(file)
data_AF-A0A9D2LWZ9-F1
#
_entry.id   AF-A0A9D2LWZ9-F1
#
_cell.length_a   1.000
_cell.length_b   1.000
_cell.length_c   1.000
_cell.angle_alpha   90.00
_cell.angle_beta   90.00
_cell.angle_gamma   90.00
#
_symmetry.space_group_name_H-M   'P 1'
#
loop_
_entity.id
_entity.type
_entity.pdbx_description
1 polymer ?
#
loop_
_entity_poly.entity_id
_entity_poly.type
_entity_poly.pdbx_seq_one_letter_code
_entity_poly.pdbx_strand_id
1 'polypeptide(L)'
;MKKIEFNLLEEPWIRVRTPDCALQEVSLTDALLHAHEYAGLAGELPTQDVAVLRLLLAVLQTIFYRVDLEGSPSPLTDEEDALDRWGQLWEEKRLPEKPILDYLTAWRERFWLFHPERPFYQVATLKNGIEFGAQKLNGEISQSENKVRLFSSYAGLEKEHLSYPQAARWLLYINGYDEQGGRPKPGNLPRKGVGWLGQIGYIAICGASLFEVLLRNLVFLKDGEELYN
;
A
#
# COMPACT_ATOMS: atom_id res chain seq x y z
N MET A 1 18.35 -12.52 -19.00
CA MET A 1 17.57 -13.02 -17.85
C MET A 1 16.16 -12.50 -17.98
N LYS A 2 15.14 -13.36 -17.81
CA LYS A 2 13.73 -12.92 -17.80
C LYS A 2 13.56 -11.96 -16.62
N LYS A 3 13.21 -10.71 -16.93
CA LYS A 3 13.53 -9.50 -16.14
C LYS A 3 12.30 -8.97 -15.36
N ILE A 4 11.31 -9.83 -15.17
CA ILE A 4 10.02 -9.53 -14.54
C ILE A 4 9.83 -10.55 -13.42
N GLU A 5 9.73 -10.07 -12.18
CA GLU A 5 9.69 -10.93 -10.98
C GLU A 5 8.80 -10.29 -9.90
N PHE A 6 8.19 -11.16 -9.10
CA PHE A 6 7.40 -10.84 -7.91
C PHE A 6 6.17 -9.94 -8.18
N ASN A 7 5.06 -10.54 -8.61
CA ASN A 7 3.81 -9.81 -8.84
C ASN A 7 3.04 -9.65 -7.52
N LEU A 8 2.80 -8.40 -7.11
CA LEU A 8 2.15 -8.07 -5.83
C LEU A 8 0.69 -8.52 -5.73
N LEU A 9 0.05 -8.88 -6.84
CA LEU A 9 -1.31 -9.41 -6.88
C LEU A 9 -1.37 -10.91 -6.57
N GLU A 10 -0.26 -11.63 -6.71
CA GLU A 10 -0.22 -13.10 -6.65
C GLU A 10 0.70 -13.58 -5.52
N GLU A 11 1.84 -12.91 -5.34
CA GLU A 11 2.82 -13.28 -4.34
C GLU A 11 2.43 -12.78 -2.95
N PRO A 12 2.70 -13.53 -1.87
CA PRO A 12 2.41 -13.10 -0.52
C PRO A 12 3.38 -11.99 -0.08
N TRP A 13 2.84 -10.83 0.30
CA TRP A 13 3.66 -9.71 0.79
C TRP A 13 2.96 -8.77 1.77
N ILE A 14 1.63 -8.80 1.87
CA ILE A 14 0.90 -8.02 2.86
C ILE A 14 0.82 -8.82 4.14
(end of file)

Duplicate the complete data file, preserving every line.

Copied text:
data_AF-A0A9D2LWZ9-F1
#
_entry.id   AF-A0A9D2LWZ9-F1
#
_cell.length_a   1.000
_cell.length_b   1.000
_cell.length_c   1.000
_cell.angle_alpha   90.00
_cell.angle_beta   90.00
_cell.angle_gamma   90.00
#
_symmetry.space_group_name_H-M   'P 1'
#
loop_
_entity.id
_entity.type
_entity.pdbx_description
1 polymer ?
#
loop_
_entity_poly.entity_id
_entity_poly.type
_entity_poly.pdbx_seq_one_letter_code
_entity_poly.pdbx_strand_id
1 'polypeptide(L)'
;MKKIEFNLLEEPWIRVRTPDCALQEVSLTDALLHAHEYAGLAGELPTQDVAVLRLLLAVLQTIFYRVDLEGSPSPLTDEEDALDRWGQLWEEKRLPEKPILDYLTAWRERFWLFHPERPFYQVATLKNGIEFGAQKLNGEISQSENKVRLFSSYAGLEKEHLSYPQAARWLLYINGYDEQGGRPKPGNLPRKGVGWLGQIGYIAICGASLFEVLLRNLVFLKDGEELYN
;
A
#
# COMPACT_ATOMS: atom_id res chain seq x y z
N MET A 1 18.35 -12.52 -19.00
CA MET A 1 17.57 -13.02 -17.85
C MET A 1 16.16 -12.50 -17.98
N LYS A 2 15.14 -13.36 -17.81
CA LYS A 2 13.73 -12.92 -17.80
C LYS A 2 13.56 -11.96 -16.62
N LYS A 3 13.21 -10.71 -16.93
CA LYS A 3 13.53 -9.50 -16.14
C LYS A 3 12.30 -8.97 -15.36
N ILE A 4 11.31 -9.83 -15.17
CA ILE A 4 10.02 -9.53 -14.54
C ILE A 4 9.83 -10.55 -13.42
N GLU A 5 9.73 -10.07 -12.18
CA GLU A 5 9.69 -10.93 -10.98
C GLU A 5 8.80 -10.29 -9.90
N PHE A 6 8.19 -11.16 -9.10
CA PHE A 6 7.40 -10.84 -7.91
C PHE A 6 6.17 -9.94 -8.18
N ASN A 7 5.06 -10.54 -8.61
CA ASN A 7 3.81 -9.81 -8.84
C ASN A 7 3.04 -9.65 -7.52
N LEU A 8 2.80 -8.40 -7.11
CA LEU A 8 2.15 -8.07 -5.83
C LEU A 8 0.69 -8.52 -5.73
N LEU A 9 0.05 -8.88 -6.84
CA LEU A 9 -1.31 -9.41 -6.88
C LEU A 9 -1.37 -10.91 -6.57
N GLU A 10 -0.26 -11.63 -6.71
CA GLU A 10 -0.22 -13.10 -6.65
C GLU A 10 0.70 -13.58 -5.52
N GLU A 11 1.84 -12.91 -5.34
CA GLU A 11 2.82 -13.28 -4.34
C GLU A 11 2.43 -12.78 -2.95
N PRO A 12 2.70 -13.53 -1.87
CA PRO A 12 2.41 -13.10 -0.52
C PRO A 12 3.38 -11.99 -0.08
N TRP A 13 2.84 -10.83 0.30
CA TRP A 13 3.66 -9.71 0.79
C TRP A 13 2.96 -8.77 1.77
N ILE A 14 1.63 -8.80 1.87
CA ILE A 14 0.90 -8.02 2.86
C ILE A 14 0.82 -8.82 4.14